The Slater fire poured smoke over my house from 40 miles away. Closer to the front line my ex-husband evacuated my daughters’ from their home.
The fire was the result of everything going wrong at the same time, and strong winds from an unusal direction drove the fire. Earlier that summer another fire had swept through a nearby town, burning to ground the community one of my students lived in.
Fire is here. Fire doesn’t feel like our friend when we lose everything thing. Or worse, when someone loses their life. Three times, so far, I have waited for fire maps to update to see if my mom’s house (my childhood home) would be lost. At one point this summer every road from the town I live in led to a forest fire. We were safe, but certainly not going anywhere. Emotionally it was stressful, and made us all feel even more trapped in our homes on top of months of pandemic restrictions.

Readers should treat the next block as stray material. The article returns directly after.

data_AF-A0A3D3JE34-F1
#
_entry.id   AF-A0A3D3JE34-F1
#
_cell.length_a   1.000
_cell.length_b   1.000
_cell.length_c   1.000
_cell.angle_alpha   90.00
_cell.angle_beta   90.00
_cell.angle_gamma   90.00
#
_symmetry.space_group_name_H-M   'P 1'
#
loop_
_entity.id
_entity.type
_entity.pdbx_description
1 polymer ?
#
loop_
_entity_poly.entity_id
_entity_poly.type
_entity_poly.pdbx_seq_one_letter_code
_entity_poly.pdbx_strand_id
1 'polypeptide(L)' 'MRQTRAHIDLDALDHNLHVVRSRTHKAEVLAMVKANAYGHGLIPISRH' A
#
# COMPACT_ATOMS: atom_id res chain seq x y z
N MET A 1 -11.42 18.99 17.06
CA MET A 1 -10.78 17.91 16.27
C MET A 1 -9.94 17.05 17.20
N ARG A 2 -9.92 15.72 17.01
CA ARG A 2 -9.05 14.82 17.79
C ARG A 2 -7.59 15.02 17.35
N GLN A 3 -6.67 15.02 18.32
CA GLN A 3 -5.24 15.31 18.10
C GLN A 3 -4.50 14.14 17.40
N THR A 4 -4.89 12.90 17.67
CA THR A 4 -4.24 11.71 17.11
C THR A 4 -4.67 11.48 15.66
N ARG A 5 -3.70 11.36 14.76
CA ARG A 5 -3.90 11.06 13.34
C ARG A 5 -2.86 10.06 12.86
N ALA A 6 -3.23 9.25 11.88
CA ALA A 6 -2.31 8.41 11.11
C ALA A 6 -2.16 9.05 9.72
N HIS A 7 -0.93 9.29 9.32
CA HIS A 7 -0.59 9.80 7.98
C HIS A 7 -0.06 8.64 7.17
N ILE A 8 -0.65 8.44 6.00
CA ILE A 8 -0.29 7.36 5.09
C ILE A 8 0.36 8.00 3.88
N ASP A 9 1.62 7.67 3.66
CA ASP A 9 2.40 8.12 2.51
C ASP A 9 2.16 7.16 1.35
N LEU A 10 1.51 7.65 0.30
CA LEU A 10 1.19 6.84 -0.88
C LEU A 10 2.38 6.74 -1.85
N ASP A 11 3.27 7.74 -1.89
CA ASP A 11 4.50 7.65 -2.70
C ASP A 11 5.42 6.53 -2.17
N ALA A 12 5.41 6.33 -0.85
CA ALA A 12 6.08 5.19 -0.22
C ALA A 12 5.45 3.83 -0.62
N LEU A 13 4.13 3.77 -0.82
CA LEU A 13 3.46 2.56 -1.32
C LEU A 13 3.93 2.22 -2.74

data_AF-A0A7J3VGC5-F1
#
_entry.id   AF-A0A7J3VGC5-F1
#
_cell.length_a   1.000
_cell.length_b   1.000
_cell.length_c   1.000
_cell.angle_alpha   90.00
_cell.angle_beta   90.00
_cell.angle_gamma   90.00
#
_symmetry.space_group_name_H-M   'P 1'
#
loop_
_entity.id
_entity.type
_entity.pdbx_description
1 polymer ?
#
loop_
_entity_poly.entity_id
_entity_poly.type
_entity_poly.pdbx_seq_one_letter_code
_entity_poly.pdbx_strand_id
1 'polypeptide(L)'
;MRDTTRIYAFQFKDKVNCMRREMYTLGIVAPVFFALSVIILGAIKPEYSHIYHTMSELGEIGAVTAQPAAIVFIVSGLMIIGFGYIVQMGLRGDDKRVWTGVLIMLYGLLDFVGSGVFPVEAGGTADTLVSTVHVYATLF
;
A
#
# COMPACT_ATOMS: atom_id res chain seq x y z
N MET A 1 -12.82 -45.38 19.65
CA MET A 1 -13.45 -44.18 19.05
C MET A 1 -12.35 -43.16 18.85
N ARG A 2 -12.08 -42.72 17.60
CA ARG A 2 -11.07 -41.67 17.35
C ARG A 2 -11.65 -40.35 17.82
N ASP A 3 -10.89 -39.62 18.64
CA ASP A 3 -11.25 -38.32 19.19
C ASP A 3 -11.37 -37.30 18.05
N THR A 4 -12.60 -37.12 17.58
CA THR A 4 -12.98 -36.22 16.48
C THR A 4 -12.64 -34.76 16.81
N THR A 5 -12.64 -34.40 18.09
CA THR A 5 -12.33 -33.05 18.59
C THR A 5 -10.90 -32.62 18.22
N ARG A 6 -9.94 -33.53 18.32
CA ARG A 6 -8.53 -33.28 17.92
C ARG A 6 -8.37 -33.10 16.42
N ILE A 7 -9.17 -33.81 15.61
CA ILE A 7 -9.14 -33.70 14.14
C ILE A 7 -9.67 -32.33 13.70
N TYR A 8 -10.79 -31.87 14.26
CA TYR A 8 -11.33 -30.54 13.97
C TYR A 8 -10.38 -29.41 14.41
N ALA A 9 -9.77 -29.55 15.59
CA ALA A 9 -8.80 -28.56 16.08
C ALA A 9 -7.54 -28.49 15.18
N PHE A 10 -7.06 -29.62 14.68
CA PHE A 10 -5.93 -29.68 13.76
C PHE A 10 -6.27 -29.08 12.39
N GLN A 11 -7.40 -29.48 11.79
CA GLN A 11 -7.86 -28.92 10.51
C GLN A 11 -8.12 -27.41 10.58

Part of the reason that fires feel so dangerous is that we haven’t had a good relationship with them. It is like the abused dog that lashes out. Now we have the long course correction stretching ahead of us. We need to protect our homes and communities. We need to let fire back in the forests. And as a society we need to make some pretty big decisions on how we are going to approach this complex issue.